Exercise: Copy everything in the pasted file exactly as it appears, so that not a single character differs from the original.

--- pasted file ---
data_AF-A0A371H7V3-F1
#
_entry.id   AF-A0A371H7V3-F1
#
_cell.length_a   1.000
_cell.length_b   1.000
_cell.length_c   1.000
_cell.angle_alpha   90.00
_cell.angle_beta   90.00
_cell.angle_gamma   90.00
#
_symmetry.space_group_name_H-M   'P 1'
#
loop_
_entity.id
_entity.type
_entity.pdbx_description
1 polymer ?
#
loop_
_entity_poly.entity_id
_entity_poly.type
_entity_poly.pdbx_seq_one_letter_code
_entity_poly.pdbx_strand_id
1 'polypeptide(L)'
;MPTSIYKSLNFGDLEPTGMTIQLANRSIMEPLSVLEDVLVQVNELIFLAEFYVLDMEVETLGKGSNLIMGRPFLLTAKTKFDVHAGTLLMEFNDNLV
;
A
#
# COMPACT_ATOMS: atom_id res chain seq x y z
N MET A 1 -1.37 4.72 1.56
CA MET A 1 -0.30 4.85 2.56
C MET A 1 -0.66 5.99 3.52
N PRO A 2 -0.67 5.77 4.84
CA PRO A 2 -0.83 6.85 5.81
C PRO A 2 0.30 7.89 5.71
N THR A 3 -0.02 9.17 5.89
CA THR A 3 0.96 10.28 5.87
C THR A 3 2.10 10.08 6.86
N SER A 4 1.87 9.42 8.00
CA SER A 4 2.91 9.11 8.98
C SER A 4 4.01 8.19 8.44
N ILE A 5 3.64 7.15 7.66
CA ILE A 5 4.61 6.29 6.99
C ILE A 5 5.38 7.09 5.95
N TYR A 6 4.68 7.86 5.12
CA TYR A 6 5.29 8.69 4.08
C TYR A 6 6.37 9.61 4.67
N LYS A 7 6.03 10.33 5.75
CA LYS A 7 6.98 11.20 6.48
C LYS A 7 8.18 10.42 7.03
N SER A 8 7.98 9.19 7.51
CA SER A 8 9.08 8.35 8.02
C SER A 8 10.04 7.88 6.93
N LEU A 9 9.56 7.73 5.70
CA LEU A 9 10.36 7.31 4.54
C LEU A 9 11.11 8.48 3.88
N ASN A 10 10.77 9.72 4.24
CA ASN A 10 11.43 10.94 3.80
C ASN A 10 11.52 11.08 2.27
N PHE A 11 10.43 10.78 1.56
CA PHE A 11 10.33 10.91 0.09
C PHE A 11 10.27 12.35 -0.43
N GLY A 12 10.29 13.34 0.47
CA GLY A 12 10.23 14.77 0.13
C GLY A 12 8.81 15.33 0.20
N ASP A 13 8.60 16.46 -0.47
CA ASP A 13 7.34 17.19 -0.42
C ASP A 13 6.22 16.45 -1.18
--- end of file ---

data_AF-A0A371H7V3-F1
#
_entry.id   AF-A0A371H7V3-F1
#
_cell.length_a   1.000
_cell.length_b   1.000
_cell.length_c   1.000
_cell.angle_alpha   90.00
_cell.angle_beta   90.00
_cell.angle_gamma   90.00
#
_symmetry.space_group_name_H-M   'P 1'
#
loop_
_entity.id
_entity.type
_entity.pdbx_description
1 polymer ?
#
loop_
_entity_poly.entity_id
_entity_poly.type
_entity_poly.pdbx_seq_one_letter_code
_entity_poly.pdbx_strand_id
1 'polypeptide(L)'
;MPTSIYKSLNFGDLEPTGMTIQLANRSIMEPLSVLEDVLVQVNELIFLAEFYVLDMEVETLGKGSNLIMGRPFLLTAKTKFDVHAGTLLMEFNDNLV
;
A
#
# COMPACT_ATOMS: atom_id res chain seq x y z
N MET A 1 -1.37 4.72 1.56
CA MET A 1 -0.30 4.85 2.56
C MET A 1 -0.66 5.99 3.52
N PRO A 2 -0.67 5.77 4.84
CA PRO A 2 -0.83 6.85 5.81
C PRO A 2 0.30 7.89 5.71
N THR A 3 -0.02 9.17 5.89
CA THR A 3 0.96 10.28 5.87
C THR A 3 2.10 10.08 6.86
N SER A 4 1.87 9.42 8.00
CA SER A 4 2.91 9.11 8.98
C SER A 4 4.01 8.19 8.44
N ILE A 5 3.64 7.15 7.66
CA ILE A 5 4.61 6.29 6.99
C ILE A 5 5.38 7.09 5.95
N TYR A 6 4.68 7.86 5.12
CA TYR A 6 5.29 8.69 4.08
C TYR A 6 6.37 9.61 4.67
N LYS A 7 6.03 10.33 5.75
CA LYS A 7 6.98 11.20 6.48
C LYS A 7 8.18 10.42 7.03
N SER A 8 7.98 9.19 7.51
CA SER A 8 9.08 8.35 8.02
C SER A 8 10.04 7.88 6.93
N LEU A 9 9.56 7.73 5.70
CA LEU A 9 10.36 7.31 4.54
C LEU A 9 11.11 8.48 3.88
N ASN A 10 10.77 9.72 4.24
CA ASN A 10 11.43 10.94 3.80
C ASN A 10 11.52 11.08 2.27
N PHE A 11 10.43 10.78 1.56
CA PHE A 11 10.33 10.91 0.09
C PHE A 11 10.27 12.35 -0.43
N GLY A 12 10.29 13.34 0.47
CA GLY A 12 10.23 14.77 0.13
C GLY A 12 8.81 15.33 0.20
N ASP A 13 8.60 16.46 -0.47
CA ASP A 13 7.34 17.19 -0.42
C ASP A 13 6.22 16.45 -1.18